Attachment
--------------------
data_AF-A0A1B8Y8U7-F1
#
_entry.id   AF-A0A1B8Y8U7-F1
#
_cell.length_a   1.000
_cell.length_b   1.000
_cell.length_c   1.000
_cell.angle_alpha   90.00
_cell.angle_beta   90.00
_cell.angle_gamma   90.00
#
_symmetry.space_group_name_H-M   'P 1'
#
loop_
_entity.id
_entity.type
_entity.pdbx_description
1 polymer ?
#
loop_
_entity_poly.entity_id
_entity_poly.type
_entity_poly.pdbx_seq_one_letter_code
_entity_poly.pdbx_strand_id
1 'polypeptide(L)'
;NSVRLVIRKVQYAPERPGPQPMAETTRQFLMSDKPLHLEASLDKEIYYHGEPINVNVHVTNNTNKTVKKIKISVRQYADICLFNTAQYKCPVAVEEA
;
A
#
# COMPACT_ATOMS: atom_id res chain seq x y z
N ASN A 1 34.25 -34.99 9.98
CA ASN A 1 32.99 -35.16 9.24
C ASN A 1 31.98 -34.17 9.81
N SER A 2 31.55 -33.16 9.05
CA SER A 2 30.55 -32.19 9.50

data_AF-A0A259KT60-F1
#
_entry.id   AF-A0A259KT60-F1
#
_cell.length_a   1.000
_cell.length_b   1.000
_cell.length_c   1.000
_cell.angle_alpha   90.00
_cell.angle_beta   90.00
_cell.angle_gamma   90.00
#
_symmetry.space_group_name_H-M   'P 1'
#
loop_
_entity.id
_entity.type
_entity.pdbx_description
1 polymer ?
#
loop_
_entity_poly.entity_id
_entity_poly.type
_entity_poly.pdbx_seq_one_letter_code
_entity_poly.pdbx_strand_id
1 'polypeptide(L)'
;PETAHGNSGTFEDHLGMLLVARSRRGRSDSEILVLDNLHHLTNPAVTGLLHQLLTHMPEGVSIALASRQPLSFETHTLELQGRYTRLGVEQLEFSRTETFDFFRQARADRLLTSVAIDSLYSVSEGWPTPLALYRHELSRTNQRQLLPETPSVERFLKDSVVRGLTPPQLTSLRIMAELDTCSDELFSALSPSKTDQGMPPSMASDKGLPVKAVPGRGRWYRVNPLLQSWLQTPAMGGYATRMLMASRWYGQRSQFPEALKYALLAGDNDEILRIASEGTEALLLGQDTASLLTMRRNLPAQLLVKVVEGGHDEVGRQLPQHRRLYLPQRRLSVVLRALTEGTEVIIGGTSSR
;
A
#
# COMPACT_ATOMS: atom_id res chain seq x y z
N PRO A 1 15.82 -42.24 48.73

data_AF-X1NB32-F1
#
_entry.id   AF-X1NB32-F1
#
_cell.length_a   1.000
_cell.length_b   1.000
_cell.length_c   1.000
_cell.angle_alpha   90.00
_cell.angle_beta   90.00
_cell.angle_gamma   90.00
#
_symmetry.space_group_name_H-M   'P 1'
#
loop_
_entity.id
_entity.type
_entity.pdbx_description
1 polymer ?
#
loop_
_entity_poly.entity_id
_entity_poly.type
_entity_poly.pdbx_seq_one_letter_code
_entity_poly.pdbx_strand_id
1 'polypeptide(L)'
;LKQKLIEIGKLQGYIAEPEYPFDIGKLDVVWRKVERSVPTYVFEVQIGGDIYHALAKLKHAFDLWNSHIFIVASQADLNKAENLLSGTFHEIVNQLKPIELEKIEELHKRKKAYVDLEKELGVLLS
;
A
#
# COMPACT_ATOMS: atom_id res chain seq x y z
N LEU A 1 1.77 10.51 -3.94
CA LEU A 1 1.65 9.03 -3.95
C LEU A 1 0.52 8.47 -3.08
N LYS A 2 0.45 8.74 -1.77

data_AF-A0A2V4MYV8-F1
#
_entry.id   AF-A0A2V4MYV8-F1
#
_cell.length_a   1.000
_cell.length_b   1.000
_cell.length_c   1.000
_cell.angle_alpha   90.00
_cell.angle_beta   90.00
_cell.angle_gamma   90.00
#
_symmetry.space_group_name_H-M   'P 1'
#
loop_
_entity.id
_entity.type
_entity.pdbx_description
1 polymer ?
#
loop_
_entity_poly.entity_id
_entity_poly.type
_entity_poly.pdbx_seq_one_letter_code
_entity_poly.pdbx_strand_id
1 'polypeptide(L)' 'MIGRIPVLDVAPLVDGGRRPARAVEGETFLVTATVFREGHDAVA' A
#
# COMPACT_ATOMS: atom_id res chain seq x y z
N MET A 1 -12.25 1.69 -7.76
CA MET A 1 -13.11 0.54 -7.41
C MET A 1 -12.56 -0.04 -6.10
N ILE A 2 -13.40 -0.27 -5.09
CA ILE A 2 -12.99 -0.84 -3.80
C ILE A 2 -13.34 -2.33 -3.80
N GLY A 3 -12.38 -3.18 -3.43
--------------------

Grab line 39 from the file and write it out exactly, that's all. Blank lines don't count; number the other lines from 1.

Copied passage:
#